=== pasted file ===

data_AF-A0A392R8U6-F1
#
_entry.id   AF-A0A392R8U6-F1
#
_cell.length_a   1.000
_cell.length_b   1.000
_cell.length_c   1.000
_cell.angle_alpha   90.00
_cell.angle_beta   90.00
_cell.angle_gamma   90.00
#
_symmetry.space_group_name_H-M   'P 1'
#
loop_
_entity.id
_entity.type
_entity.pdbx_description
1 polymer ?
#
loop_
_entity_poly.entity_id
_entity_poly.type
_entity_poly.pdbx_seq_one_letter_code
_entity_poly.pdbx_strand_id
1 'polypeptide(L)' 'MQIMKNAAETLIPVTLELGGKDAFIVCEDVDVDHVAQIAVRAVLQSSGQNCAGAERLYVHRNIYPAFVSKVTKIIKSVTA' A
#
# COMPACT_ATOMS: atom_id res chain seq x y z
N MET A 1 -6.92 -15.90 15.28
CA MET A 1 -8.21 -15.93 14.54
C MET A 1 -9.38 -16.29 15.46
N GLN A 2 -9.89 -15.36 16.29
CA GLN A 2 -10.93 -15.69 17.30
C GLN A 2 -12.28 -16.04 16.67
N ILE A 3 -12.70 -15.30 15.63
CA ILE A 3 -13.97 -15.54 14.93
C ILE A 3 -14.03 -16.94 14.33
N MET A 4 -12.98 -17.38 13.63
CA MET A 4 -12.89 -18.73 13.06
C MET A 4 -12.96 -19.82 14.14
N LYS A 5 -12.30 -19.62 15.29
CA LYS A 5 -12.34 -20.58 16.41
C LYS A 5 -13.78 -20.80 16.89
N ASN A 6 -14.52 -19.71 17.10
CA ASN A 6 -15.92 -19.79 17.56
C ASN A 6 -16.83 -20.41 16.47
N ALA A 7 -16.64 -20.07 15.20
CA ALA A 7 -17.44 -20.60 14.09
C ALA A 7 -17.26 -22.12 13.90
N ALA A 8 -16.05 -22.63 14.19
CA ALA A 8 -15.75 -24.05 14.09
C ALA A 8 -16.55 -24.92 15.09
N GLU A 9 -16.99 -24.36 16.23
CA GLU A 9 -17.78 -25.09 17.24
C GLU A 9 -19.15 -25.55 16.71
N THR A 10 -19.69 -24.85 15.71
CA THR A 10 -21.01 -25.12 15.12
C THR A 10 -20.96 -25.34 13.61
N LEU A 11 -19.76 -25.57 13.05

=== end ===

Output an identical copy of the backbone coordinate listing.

data_AF-A0A392R8U6-F1
#
_entry.id   AF-A0A392R8U6-F1
#
_cell.length_a   1.000
_cell.length_b   1.000
_cell.length_c   1.000
_cell.angle_alpha   90.00
_cell.angle_beta   90.00
_cell.angle_gamma   90.00
#
_symmetry.space_group_name_H-M   'P 1'
#
loop_
_entity.id
_entity.type
_entity.pdbx_description
1 polymer ?
#
loop_
_entity_poly.entity_id
_entity_poly.type
_entity_poly.pdbx_seq_one_letter_code
_entity_poly.pdbx_strand_id
1 'polypeptide(L)' 'MQIMKNAAETLIPVTLELGGKDAFIVCEDVDVDHVAQIAVRAVLQSSGQNCAGAERLYVHRNIYPAFVSKVTKIIKSVTA' A
#
# COMPACT_ATOMS: atom_id res chain seq x y z
N MET A 1 -6.92 -15.90 15.28
CA MET A 1 -8.21 -15.93 14.54
C MET A 1 -9.38 -16.29 15.46
N GLN A 2 -9.89 -15.36 16.29
CA GLN A 2 -10.93 -15.69 17.30
C GLN A 2 -12.28 -16.04 16.67
N ILE A 3 -12.70 -15.30 15.63
CA ILE A 3 -13.97 -15.54 14.93
C ILE A 3 -14.03 -16.94 14.33
N MET A 4 -12.98 -17.38 13.63
CA MET A 4 -12.89 -18.73 13.06
C MET A 4 -12.96 -19.82 14.14
N LYS A 5 -12.30 -19.62 15.29
CA LYS A 5 -12.34 -20.58 16.41
C LYS A 5 -13.78 -20.80 16.89
N ASN A 6 -14.52 -19.71 17.10
CA ASN A 6 -15.92 -19.79 17.56
C ASN A 6 -16.83 -20.41 16.47
N ALA A 7 -16.64 -20.07 15.20
CA ALA A 7 -17.44 -20.60 14.09
C ALA A 7 -17.26 -22.12 13.90
N ALA A 8 -16.05 -22.63 14.19
CA ALA A 8 -15.75 -24.05 14.09
C ALA A 8 -16.55 -24.92 15.09
N GLU A 9 -16.99 -24.36 16.23
CA GLU A 9 -17.78 -25.09 17.24
C GLU A 9 -19.15 -25.55 16.71
N THR A 10 -19.69 -24.85 15.71
CA THR A 10 -21.01 -25.12 15.12
C THR A 10 -20.96 -25.34 13.61
N LEU A 11 -19.76 -25.57 13.05